Great Golf Swing Drill: Connecting Your Swing

Dress in Your Sunday Best to Stay Connected...An Easy Golf Swing Drill

Click here for the video version of this tip

The fashion of golf has certainly evolved over the years hasn’t it? I mean the suit jackets of the Bobby Jones era, the 1970’s (say no more), and those terrible stiff collared shirts of the 80’s. But now…we have Under Armour, Nike Dri-Fit, or Adidas Climacool, amongst a host of others that keep us dryer, cooler, and allow us to swing freer than ever before. Clothes are not fashion anymore…they are equipment.

This article is about turning the oldest golf clothing, or your best suit into reliable golf equipment. I am going to take your suit jacket and turn it into a training aid that will help you improve both your long game and your short game.

What is the number one complaint we have when we put on a suit?

  • It’s too restrictive.
  • I can’t move.

What is the number one thing you hear on TV and in golf magazines about a consistent golf swing?

  • You must stay connected.
  • Your arms must stay connected to your body.

Well what does that mean…stay connected? It basically means that your arms won’t outrace your body. Another way to think about it is that we don’t want to let air into our armpits. It is a very hard thing to feel unless you work on it in a drill. So the irony is that a restrictive suit will help your game by keeping you connected.

There are several different drills out there that will help get this feeling. However, I like to provide tips that you can work on from the comfort of your home or office. That way you can practice everyday, even if you don’t have time to get to the range.

This drill is so simple because it is about getting a feeling for how your arms should stay with your body.

Golf Swing Drill Step 1

  • Put on a suit jacket
  • Take your golf stance

Golf Swing Drill Step 2

  • Make your back swing until you get to the set swing position. (Left arm parallel to the ground.)Click Here for a full lesson on the set swing.
  • Repeat as often as you like.
  • The reason this drill helps get the proper feeling is that we don’t want our arms to stray away from our body. If they do they won’t work together and it makes it much harder to have great timing. Great timing is very important for any player trying to have a consistent golf swing.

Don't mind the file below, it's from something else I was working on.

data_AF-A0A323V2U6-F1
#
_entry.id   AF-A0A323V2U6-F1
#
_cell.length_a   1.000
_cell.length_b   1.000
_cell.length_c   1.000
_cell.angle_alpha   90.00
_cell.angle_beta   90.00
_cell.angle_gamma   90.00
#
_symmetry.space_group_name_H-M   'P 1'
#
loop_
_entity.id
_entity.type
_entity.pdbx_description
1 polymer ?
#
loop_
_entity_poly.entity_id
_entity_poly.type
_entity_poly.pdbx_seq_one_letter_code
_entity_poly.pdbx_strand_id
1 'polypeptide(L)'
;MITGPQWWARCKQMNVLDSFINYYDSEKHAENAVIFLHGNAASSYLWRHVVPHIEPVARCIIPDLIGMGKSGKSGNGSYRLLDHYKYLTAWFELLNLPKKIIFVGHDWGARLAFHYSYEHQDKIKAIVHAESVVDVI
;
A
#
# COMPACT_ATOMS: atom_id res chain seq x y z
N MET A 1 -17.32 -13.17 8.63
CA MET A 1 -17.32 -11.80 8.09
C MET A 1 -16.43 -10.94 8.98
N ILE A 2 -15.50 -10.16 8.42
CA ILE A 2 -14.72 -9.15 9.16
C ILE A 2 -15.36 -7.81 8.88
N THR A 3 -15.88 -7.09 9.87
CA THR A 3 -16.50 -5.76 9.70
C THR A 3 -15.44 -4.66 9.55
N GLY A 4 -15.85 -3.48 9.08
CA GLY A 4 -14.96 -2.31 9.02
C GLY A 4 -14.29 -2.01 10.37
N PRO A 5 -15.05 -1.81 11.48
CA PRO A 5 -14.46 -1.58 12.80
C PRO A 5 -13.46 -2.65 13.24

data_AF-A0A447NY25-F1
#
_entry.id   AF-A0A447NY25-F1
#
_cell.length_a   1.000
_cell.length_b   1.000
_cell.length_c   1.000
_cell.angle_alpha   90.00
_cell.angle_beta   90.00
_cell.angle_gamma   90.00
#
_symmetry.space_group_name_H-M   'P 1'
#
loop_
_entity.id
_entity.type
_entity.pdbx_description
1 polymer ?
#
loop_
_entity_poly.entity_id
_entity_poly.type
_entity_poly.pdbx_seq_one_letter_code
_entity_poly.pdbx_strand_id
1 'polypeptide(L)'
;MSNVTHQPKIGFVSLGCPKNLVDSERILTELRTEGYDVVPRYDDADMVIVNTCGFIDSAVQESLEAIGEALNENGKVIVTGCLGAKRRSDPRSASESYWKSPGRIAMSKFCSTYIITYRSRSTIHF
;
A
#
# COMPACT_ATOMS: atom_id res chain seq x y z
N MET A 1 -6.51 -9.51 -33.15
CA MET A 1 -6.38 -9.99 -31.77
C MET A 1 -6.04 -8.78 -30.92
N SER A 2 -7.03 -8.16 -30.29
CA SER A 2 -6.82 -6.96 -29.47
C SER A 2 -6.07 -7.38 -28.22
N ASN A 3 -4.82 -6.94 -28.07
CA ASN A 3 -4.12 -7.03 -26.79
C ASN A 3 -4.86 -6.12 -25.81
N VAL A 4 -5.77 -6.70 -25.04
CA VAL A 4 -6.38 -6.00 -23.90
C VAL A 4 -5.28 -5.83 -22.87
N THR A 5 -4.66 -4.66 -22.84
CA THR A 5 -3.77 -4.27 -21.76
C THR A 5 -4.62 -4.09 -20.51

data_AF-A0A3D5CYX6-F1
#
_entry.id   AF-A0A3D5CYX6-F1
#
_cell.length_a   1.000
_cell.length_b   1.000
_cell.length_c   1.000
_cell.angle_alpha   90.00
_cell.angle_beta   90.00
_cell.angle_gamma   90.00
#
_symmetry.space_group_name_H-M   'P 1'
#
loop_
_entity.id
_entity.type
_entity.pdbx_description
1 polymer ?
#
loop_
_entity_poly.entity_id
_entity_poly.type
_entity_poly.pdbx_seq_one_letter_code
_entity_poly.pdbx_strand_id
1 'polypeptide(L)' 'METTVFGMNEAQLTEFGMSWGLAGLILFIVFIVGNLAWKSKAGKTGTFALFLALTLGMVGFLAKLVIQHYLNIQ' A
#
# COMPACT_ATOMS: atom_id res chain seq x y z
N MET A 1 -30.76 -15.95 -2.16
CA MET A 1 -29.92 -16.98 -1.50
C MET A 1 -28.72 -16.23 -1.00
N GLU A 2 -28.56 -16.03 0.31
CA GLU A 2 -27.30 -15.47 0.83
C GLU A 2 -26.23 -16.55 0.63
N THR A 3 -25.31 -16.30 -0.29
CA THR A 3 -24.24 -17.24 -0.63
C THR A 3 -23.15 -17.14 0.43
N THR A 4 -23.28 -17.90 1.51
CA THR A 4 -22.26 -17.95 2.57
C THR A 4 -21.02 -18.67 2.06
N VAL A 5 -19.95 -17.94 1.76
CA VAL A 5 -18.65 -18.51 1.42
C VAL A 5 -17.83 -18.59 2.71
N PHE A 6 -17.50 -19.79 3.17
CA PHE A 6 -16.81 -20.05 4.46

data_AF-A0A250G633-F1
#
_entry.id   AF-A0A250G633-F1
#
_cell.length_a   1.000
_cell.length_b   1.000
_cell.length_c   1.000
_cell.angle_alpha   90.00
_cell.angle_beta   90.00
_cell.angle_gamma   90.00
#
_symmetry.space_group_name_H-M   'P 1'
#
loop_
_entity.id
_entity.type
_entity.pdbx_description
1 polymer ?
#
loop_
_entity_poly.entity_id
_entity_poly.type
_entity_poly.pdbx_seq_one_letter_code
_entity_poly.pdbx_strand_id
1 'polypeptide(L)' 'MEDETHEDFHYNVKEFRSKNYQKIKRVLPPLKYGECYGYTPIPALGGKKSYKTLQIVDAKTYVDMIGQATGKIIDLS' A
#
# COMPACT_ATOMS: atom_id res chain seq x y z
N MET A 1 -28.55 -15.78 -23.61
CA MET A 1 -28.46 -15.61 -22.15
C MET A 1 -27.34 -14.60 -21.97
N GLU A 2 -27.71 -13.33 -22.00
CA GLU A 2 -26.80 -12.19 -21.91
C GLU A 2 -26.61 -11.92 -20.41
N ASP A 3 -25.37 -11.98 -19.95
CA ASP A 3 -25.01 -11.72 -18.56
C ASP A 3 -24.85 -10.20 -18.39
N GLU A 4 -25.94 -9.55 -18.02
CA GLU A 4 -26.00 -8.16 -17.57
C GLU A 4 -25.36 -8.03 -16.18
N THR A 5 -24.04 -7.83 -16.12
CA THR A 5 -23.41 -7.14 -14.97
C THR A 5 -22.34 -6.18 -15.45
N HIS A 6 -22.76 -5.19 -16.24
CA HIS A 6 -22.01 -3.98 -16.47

Golf Swing Drill Step 3

  • Take a look at these two pictures. Since the jacket restricts my movement you can see how my arms are still connected to my shoulder sockets.
  • A small key is to have your right elbow pointing at the ground.
  • In the picture on the right I am stretching to far and getting disconnected. The side effect is that it pulls my upper body off balance.

Golf Swing Drill Step 4

  • Now look at what happens when you take those two swings to the top of your back swing.
  • Try to get into position like the picture on the left. You want to have your right elbow still pointing at the ground. You can generate a lot of power and consistency from that position.
  • While the picture on the that’s what I call a flying elbow! That is the cause of letting your arms get disconnected. Your swing will get very steep and even though it looks like a big long swing, it actually does not have as much power or consistency.

This also helps your short game because staying connected is very important when you are playing pitch shots. Your suit will not let your arms move away from your body, which makes it easier to for your arms and body to travel at the same speed. This makes a huge difference in the crispness of your pitches. Click Here for a full lesson series on pitch shots.

Thank you for taking the time to read this tip. Good luck with your practicing and playing. May you “Play Your Golf Dreams” sooner with the help of FREE-GOLF-LESSONS.COM.

Return to the main golf tips page from golf swing drill

Return to the home page from golf swing drill

Recent Articles

  1. Putter Stroke Length Drill

    Jun 23, 17 08:04 PM

    The Putter Stroke Length Drill is great for developing a stroke for consistent distance control.

    Read More